After a major earthquake damaged Pu'ukohola Heiau National Historic Site in 2006, volunteers with Na Papa Kanaka o Pu'ukohola Heiau stepped in to restore two sacred temples - Pu'ukohola Heiau and Mailekini Heiau using traditional building methods and practices. More than 600 volunteers, mostly partner group members, turned out to help at 20 scheduled workshops over a four-year period. The partnership resulted in a cost savings of $3 million on the project and provided the opportunity to teach the skill of Hawaiian dry stone setting to the next generation.

Partners receive award

Representating the partnership project.

Scanning the Conservation Horizon: A Guide to Climate Change Vulnerability
The National Wildlife Federation and U.S. Fish and Wildlife Service convened an expert working group within the conservation community to develop "Scanning the Conservation Horizon: A Guide to Climate Change Vulnerability Assessment." This guidebook is enabling Department of Interior bureaus and Landscape Conservation Cooperatives to design and conduct resource vulnerability assessments that identify resources at risk.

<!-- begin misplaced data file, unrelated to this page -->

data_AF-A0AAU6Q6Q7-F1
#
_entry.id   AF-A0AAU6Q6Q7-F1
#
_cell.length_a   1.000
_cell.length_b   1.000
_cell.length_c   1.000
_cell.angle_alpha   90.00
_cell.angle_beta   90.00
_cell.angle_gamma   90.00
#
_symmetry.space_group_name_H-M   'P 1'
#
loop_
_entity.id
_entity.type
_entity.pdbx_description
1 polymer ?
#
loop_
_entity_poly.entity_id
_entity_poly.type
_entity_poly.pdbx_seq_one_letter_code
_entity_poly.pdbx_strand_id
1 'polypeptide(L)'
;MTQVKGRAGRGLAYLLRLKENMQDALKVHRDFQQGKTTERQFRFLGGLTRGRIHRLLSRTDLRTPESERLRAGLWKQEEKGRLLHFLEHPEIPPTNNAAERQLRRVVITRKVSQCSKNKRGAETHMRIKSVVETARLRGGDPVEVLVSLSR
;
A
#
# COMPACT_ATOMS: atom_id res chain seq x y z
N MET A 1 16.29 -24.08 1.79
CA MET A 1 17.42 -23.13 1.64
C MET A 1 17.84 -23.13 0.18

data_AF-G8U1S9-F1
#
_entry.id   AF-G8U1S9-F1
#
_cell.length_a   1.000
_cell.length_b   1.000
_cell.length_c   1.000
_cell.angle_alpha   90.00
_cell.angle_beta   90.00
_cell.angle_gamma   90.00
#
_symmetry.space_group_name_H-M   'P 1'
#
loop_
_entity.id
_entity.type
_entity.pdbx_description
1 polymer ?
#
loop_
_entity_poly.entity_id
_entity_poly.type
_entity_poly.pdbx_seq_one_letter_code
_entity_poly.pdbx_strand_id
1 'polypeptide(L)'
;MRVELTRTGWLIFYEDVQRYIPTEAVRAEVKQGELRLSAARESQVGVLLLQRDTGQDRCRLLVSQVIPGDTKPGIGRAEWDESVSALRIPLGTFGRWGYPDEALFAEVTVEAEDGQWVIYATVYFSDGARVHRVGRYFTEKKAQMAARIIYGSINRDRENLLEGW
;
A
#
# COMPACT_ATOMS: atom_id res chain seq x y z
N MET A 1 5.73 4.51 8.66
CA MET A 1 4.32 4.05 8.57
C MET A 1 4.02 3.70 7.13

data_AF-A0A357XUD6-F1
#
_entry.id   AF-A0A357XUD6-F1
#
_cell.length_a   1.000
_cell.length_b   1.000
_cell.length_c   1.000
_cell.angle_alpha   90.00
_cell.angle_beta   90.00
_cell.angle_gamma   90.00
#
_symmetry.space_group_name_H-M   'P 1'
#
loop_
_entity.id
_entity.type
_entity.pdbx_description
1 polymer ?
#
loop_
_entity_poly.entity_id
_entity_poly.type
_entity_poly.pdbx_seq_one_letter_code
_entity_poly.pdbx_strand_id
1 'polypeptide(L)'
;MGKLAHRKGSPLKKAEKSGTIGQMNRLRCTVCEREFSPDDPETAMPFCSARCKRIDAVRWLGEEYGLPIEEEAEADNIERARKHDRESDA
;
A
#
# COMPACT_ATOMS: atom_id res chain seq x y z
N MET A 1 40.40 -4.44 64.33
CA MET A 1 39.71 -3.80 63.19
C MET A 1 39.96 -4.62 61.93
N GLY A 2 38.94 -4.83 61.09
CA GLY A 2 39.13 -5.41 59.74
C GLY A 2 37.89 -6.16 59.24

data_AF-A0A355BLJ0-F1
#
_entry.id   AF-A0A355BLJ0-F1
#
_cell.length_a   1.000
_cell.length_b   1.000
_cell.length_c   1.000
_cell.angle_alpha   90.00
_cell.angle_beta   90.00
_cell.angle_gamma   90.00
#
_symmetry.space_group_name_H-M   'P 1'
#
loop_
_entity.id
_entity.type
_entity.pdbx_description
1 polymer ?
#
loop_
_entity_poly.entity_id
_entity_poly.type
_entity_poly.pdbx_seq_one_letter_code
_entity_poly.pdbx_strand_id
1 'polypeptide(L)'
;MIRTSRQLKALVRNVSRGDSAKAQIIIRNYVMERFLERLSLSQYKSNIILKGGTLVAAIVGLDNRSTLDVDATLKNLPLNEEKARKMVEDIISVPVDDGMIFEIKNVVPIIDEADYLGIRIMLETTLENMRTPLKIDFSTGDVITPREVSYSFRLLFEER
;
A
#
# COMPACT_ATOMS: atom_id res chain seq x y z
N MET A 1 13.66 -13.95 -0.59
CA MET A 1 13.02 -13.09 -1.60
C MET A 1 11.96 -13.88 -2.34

Southern Arizona Buffelgrass Coordination Center staff at awards ceremony

Representing the Southern Arizona Buffelgrass Coordination Center.

Southern Arizona Buffelgrass Coordination Center
Through an integrated effort by federal, local government, academic and private institutions, Southern Arizona Buffelgrass Coordination Center is protecting ecosystems and communities from invasive buffelgrass, synchronizing regional efforts in buffelgrass control, and engaging and educating legislators and the public.

partners receive awards

Representing the Oceans, Coasts and Great Lakes Activities Team.

DOI Oceans, Coasts and Great Lakes Activities Team